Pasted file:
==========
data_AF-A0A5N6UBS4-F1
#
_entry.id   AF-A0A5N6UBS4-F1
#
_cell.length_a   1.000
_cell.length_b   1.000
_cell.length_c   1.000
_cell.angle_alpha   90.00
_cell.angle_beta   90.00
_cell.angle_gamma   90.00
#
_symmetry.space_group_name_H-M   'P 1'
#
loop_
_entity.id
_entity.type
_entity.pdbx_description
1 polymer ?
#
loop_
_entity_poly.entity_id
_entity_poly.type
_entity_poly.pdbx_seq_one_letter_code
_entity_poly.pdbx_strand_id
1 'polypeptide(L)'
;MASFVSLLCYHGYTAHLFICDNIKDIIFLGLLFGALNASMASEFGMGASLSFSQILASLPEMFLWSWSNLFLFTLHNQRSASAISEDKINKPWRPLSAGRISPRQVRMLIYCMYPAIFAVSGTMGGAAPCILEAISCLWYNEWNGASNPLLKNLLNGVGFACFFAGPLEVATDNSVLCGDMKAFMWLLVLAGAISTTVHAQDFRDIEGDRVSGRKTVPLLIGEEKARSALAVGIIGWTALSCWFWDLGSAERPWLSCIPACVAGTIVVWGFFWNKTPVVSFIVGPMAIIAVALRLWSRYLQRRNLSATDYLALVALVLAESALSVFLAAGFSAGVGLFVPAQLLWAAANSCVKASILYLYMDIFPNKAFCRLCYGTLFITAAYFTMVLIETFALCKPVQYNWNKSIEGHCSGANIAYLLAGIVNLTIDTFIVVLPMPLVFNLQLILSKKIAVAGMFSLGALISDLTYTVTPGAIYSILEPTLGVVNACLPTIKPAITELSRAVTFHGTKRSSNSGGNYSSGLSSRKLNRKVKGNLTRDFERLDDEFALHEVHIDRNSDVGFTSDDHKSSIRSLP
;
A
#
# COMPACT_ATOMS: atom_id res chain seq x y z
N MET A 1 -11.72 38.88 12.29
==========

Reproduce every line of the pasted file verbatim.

data_AF-A0A5N6UBS4-F1
#
_entry.id   AF-A0A5N6UBS4-F1
#
_cell.length_a   1.000
_cell.length_b   1.000
_cell.length_c   1.000
_cell.angle_alpha   90.00
_cell.angle_beta   90.00
_cell.angle_gamma   90.00
#
_symmetry.space_group_name_H-M   'P 1'
#
loop_
_entity.id
_entity.type
_entity.pdbx_description
1 polymer ?
#
loop_
_entity_poly.entity_id
_entity_poly.type
_entity_poly.pdbx_seq_one_letter_code
_entity_poly.pdbx_strand_id
1 'polypeptide(L)'
;MASFVSLLCYHGYTAHLFICDNIKDIIFLGLLFGALNASMASEFGMGASLSFSQILASLPEMFLWSWSNLFLFTLHNQRSASAISEDKINKPWRPLSAGRISPRQVRMLIYCMYPAIFAVSGTMGGAAPCILEAISCLWYNEWNGASNPLLKNLLNGVGFACFFAGPLEVATDNSVLCGDMKAFMWLLVLAGAISTTVHAQDFRDIEGDRVSGRKTVPLLIGEEKARSALAVGIIGWTALSCWFWDLGSAERPWLSCIPACVAGTIVVWGFFWNKTPVVSFIVGPMAIIAVALRLWSRYLQRRNLSATDYLALVALVLAESALSVFLAAGFSAGVGLFVPAQLLWAAANSCVKASILYLYMDIFPNKAFCRLCYGTLFITAAYFTMVLIETFALCKPVQYNWNKSIEGHCSGANIAYLLAGIVNLTIDTFIVVLPMPLVFNLQLILSKKIAVAGMFSLGALISDLTYTVTPGAIYSILEPTLGVVNACLPTIKPAITELSRAVTFHGTKRSSNSGGNYSSGLSSRKLNRKVKGNLTRDFERLDDEFALHEVHIDRNSDVGFTSDDHKSSIRSLP
;
A
#
# COMPACT_ATOMS: atom_id res chain seq x y z
N MET A 1 -11.72 38.88 12.29